Wed. Oct 4th, 2023
Destroed hospital buildings
Image caption,A still from a social media video shows the damage to East Nile hospital after an attack

By BBC News Arabic

Investigations team

Both sides in Sudan’s conflict could be carrying out war crimes on medical facilities and staff, according to evidence seen by BBC News Arabic.

Hospitals have been hit by airstrikes and artillery fire while patients were still in the building and doctors have also been singled out for attack – all of which are potential war crimes.

Only a handful of the 88 hospitals in the capital, Khartoum, remain open after weeks of fighting, according to Sudan’s Doctors Union.

The BBC team used satellite data and mapping tools, analysed user-generated content on a huge scale, and spoke to dozens of doctors, to build a picture of how hospitals and clinics are being affected.

The World Health Organization (WHO) called the attacks “a flagrant violation of international humanitarian law” adding that they “must stop now”.

violation of the laws of war,” Mr De Vos said.

A political advisor to the RSF, Mostafa Mohamed Ibrahim, denied that they were preventing the treatment of civilians. He told the BBC: “Our forces are just spreading… they are not occupying and don’t stop civilians from being treated in these hospitals.”

The view inside a hospital
Image caption,The fighting has made it increasingly difficult for civilian patients to be treated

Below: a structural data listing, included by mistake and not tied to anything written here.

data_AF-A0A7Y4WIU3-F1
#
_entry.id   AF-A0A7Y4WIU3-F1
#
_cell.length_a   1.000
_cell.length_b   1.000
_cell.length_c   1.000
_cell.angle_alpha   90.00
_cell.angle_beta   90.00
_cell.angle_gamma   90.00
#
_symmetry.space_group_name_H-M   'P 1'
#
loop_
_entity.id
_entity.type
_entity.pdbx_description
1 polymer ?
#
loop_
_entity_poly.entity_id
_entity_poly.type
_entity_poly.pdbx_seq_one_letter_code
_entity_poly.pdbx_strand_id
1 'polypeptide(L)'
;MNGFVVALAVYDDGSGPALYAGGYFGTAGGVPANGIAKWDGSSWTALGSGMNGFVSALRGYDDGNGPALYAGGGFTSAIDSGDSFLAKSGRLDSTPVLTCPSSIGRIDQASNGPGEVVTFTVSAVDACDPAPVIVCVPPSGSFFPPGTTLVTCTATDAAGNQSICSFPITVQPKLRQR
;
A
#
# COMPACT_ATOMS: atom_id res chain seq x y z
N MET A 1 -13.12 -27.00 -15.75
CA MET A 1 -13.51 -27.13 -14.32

The Sudanese army did not provide a response to this investigation’s findings.

There is also evidence of another potential war crime – the targeting of doctors.

The BBC has seen social media messages threatening doctors by name, even sharing their ID number. The messages accuse them of supporting the RSF and receiving money from abroad.

In a widely circulated video, Major-General Tarek al-Hadi Kejab from the Sudanese army said: “The so-called central committee of doctors, should be named the committee of rebels!”

Sudanese doctors’ organisations have been monitoring threats which they say are coming from both sides and the BBC has spoken to doctors who have gone into hiding.

“We know that this is a tactic that is used in wars, for pressure, that is illegal in all international laws. Unfortunately, this has pushed medical staff into a propaganda war – between the RSF and the Sudanese army,” said Dr Mohamed Eisa from the Sudanese American Physicians Association.

Doctors around the world have been calling for an end to the targeting of their colleagues.

At a conference in London last week, Sudan’s Doctors for Human Rights said medical staff had been killed, ambulances targeted and hospitals forced to close their doors.

Dr Ahmed Abbas said: “We’re gathering all the evidence of these transgressions, which are crimes against humanity and war crimes, and this could be presented to international judicial authorities, or national authorities in Sudan.”

By Joy

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